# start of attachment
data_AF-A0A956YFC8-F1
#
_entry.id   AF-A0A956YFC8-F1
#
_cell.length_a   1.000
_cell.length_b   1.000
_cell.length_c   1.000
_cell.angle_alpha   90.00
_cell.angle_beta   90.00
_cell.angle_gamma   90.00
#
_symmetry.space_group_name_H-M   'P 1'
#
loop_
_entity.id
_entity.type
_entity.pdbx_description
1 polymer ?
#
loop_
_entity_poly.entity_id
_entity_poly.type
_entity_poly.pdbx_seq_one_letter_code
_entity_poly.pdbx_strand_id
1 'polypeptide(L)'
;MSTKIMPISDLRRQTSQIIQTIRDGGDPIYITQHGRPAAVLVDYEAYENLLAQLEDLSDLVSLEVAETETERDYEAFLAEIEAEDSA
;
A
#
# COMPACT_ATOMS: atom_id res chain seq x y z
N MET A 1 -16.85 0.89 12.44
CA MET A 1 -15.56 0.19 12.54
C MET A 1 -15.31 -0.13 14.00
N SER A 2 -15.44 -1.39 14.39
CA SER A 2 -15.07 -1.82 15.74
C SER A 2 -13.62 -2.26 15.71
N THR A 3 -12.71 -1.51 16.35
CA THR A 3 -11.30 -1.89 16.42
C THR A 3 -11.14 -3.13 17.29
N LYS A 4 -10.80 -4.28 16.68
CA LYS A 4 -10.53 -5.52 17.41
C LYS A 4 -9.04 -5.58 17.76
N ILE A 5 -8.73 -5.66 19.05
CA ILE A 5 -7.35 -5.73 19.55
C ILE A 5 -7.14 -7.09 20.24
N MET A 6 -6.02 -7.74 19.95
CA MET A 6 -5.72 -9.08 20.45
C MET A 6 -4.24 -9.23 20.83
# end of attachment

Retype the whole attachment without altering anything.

data_AF-A0A956YFC8-F1
#
_entry.id   AF-A0A956YFC8-F1
#
_cell.length_a   1.000
_cell.length_b   1.000
_cell.length_c   1.000
_cell.angle_alpha   90.00
_cell.angle_beta   90.00
_cell.angle_gamma   90.00
#
_symmetry.space_group_name_H-M   'P 1'
#
loop_
_entity.id
_entity.type
_entity.pdbx_description
1 polymer ?
#
loop_
_entity_poly.entity_id
_entity_poly.type
_entity_poly.pdbx_seq_one_letter_code
_entity_poly.pdbx_strand_id
1 'polypeptide(L)'
;MSTKIMPISDLRRQTSQIIQTIRDGGDPIYITQHGRPAAVLVDYEAYENLLAQLEDLSDLVSLEVAETETERDYEAFLAEIEAEDSA
;
A
#
# COMPACT_ATOMS: atom_id res chain seq x y z
N MET A 1 -16.85 0.89 12.44
CA MET A 1 -15.56 0.19 12.54
C MET A 1 -15.31 -0.13 14.00
N SER A 2 -15.44 -1.39 14.39
CA SER A 2 -15.07 -1.82 15.74
C SER A 2 -13.62 -2.26 15.71
N THR A 3 -12.71 -1.51 16.35
CA THR A 3 -11.30 -1.89 16.42
C THR A 3 -11.14 -3.13 17.29
N LYS A 4 -10.80 -4.28 16.68
CA LYS A 4 -10.53 -5.52 17.41
C LYS A 4 -9.04 -5.58 17.76
N ILE A 5 -8.73 -5.66 19.05
CA ILE A 5 -7.35 -5.73 19.55
C ILE A 5 -7.14 -7.09 20.24
N MET A 6 -6.02 -7.74 19.95
CA MET A 6 -5.72 -9.08 20.45
C MET A 6 -4.24 -9.23 20.83